The Life of a Mathematics Major

The math formula is for computing average. Sticker from

When I tell people that my majors are math and economics, I usually get one of three responses:

  1. A cringe or an “eww, really?”
  2. “Wow, props to you; I wish I could do that.”
  3. “Can you tutor me?”

Occasionally, I will get a positive response, but that is quite rare. What I have learned is that most people do not enjoy math, or they believe they are not talented enough in the subject. Math does take a certain type of thinking, but I am a firm believer that anyone can succeed in the subject if they put in the time to understand every concept. Unfortunately, some have to put more time in than others, and, because they do not enjoy the time they spend on math, they disregard the subject. I would love to tutor all of them.

I am blessed to have an analytical mind and even more blessed to adore solving every type of problem. To me, there are few things that are more enjoyable than solving a problem that takes an entire sheet of paper (or more) to break down. This excitement leaves me in the minority, and I am alright with that. Students who love math hold a special bond that unites our small community. Our small KSU Math Club holds meetings every other week where we eat pizza and listen to math lectures. Many college students would dread sitting through a math lecture, but I have learned so many interesting real life applications.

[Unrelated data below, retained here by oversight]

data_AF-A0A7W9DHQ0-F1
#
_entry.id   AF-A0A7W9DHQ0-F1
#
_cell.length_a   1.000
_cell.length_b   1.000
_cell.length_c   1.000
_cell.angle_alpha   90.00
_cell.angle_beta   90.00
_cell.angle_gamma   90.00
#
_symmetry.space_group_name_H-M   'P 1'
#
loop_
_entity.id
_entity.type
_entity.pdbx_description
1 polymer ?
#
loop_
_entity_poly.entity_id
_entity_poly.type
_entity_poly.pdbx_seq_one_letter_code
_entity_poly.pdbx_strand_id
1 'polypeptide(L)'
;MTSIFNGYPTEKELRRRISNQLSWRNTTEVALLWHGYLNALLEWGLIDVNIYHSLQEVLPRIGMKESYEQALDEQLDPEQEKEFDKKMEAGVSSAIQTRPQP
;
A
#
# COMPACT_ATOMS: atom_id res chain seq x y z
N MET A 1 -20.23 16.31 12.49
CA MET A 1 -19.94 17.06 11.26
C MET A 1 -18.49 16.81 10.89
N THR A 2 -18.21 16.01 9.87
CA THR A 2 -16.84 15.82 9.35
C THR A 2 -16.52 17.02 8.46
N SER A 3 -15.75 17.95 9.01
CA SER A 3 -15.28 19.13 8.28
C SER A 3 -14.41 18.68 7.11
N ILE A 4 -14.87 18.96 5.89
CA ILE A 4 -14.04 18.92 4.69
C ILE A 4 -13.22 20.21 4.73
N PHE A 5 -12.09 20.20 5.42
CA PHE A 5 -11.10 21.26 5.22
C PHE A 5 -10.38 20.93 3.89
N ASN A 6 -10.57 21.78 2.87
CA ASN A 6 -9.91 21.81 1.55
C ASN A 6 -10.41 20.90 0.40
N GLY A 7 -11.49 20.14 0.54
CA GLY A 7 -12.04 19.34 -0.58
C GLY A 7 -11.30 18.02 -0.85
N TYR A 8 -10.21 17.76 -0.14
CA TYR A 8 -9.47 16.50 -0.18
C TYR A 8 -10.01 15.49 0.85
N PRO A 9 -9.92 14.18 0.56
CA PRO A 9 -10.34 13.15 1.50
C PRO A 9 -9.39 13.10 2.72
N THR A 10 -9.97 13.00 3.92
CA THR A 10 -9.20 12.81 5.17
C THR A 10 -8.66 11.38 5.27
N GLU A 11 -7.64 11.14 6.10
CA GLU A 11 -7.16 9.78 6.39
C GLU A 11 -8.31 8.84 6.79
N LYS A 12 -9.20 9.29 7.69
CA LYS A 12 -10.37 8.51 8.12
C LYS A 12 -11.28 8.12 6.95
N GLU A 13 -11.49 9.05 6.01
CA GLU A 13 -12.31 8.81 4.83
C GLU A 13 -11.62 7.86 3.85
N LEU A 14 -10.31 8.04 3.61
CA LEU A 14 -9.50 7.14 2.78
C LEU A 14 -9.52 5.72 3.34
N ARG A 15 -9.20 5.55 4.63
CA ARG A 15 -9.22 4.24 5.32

My favorite question to ask someone as a college freshman is what they want to do with their degree after graduation because I find the many paths that people want to take extremely interesting. However, math majors are rarely asked “what would you like to do with your major?” Instead, the question we hear is “so, you want to be a teacher?” Many of us (at least in our small KSU math club) respond in a negative degree. Some want to be data analysts, some want to work in IT, and some only know that they love math and are good at it. The thing about majoring in math is that you can pursue virtually any career you dream. Because we are so few, we stand out, and employers appreciate our dedication to so many abstract theories. Thus, we can be engineers, detectives, accountants, economists, meteorologists, etc.

My original thought was that I wanted to be a lawyer. I did not care what my undergraduate degree was in or where it would come from. One of my cousins graduated with an undergraduate degree in math and explained to me this theory that virtually any job is available to math majors. Also, the analytical skills developed throughout my coursework would help tremendously on the LSAT.

Since making this decision and adding economics onto my degree, more and more people have began to understand my theory after they listen to my explanation. Some have even thought of following my path.

I thoroughly enjoy being in this minority and being able to make such close connections to others who share my love of problem solving. I am excited to see where we all go in our careers of mathematics.

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